Instructional strategies are defined as techniques that learning and development professionals use to help learners become more strategic and independent thinkers.
There are pre-instructional strategies and post-instructional strategies, and it's important to understand the benefits of each in order to use them appropriately to help your learners accomplish tasks or meet goals.
Read on to learn more about the primary instructional strategies that you can use in-session, as well as some of the most effective post-instructional eLearning strategies.
We’ll start with some of the most highly effective instructional strategies:
Peer instruction is a foundational approach to eLearning that involves active learning. It’s generally defined as a learner-led opportunity for colleagues to discuss ideas and share answers to questions within environments, whether digital or physical, where there are additional opportunities to further interact with the instructor.
Compared to traditional employee training programs, this type of instructional eLearning strategy is faster and a lot less expensive.
A discussion forum is a great example of an effective peer learning strategy.
It helps your teams complete courses and retain more knowledge. It also gives your learners a voice and helps you crowdsource the best answers.
Best of all, a discussion forum allows you to address learner questions quickly and easily.
Furthermore, you can engage subject-matter experts to answer more specific questions, which will not only benefit your current learners but future learners as well.
Ultimately, you’ll be able to save time and money, while boosting the learning outcomes from your L&D initiatives.
Gamification, or game-based learning, is another great way to build a simple, yet powerful instructional learning strategy.
It’s used by many L&D professionals to increase engagement and improve the quality of learning.
There are many different game elements to choose from, but they fall into two major categories:
A case study is an instructional strategy that is more spontaneous than other structured group projects. It can help learners bridge the gap between theoretical learning and practical application.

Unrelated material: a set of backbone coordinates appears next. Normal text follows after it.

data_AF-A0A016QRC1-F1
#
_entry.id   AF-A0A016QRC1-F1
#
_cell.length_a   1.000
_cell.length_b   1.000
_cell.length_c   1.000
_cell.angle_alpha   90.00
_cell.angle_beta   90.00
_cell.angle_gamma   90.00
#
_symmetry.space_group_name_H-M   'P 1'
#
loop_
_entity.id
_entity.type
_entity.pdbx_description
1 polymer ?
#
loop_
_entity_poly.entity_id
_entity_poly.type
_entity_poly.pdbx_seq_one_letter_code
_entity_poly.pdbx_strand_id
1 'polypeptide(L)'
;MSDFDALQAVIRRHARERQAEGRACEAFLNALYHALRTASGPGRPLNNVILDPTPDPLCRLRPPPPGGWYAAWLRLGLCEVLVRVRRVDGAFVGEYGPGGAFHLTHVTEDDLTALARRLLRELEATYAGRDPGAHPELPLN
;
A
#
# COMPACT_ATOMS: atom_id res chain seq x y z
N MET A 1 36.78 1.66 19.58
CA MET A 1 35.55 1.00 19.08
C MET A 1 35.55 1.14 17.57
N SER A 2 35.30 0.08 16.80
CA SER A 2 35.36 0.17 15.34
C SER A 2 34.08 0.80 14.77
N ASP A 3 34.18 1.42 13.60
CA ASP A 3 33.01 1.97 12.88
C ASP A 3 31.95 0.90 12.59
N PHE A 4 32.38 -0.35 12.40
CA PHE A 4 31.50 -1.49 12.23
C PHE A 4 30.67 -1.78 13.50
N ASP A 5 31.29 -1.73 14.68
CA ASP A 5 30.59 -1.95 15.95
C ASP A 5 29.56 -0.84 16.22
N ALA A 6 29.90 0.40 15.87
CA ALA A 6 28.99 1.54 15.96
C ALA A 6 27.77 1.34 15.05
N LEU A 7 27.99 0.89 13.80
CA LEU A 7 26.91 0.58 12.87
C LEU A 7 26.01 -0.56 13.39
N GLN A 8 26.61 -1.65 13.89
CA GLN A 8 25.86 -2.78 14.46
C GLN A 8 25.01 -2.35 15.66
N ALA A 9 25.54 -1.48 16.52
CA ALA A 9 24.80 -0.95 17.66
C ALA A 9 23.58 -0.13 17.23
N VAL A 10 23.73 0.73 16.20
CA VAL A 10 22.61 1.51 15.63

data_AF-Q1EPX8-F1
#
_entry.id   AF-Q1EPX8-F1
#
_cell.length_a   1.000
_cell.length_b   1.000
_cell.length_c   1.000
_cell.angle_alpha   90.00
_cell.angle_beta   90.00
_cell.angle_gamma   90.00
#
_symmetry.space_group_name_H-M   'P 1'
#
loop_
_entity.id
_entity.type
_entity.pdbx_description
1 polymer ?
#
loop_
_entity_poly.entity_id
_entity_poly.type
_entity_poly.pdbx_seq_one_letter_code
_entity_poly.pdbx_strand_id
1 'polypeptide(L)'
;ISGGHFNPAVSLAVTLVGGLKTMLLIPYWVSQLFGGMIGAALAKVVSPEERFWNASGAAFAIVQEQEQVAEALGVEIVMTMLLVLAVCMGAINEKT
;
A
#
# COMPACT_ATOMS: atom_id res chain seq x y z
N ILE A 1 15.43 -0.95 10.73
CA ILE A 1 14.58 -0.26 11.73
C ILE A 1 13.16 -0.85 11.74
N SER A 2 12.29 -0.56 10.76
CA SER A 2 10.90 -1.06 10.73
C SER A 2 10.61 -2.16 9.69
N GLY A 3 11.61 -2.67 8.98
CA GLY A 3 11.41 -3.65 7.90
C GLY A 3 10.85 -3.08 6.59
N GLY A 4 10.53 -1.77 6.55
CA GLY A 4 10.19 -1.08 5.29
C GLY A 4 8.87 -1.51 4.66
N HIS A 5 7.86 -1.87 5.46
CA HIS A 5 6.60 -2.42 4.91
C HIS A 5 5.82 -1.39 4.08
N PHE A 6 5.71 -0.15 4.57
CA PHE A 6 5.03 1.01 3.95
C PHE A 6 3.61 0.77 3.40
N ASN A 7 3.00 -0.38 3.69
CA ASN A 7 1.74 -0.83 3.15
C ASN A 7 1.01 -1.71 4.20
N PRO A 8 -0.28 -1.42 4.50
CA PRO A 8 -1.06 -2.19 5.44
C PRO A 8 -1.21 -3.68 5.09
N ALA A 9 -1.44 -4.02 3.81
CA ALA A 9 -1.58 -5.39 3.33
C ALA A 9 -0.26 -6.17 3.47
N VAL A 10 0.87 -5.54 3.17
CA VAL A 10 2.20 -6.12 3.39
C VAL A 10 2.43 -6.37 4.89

One way to do this is to integrate real-world scenarios into your training material, asking learners to solve hypothetical problems they might experience in an actual situation on the job or elsewhere in their life. For example, if you’re working on a training course for customer support teams, you can devise several scenarios for how employees should react to different kinds of customer complaints.
Working on case studies will also encourage learners to think critically about the course material they've learned, as opposed to simply reciting points they memorized.
Post instructional eLearning strategies are those that allow the instructor and learners to assess their understanding of the content covered in the training course.
At the end of each online course, it’s highly recommended that you include a short quiz for your learners. While some of us may have dreaded taking tests in school, eLearners often want their instructors to give them tests and quizzes so that they can ensure a proper and full understanding of the material.
By reviewing the material in a quiz or test format, eLearners are better able to reiterate to themselves what they have learned, making the knowledge more likely to move from short-term to long-term memory.
In addition to ensuring retention of the new knowledge, quizzes also allow learners to see where they are having difficulties and what parts of the material they need to spend more time reviewing.
From my experience as a college professor and online course instructor, learners often appreciate feedback from their teachers, whether that’s in a college classroom or in a work setting.
This means that you shouldn’t just give out quizzes and let your students see what they got right and what they got wrong. When you do this, you only tell your learners what they need to focus on, but you don’t necessarily tell them how best to learn that material.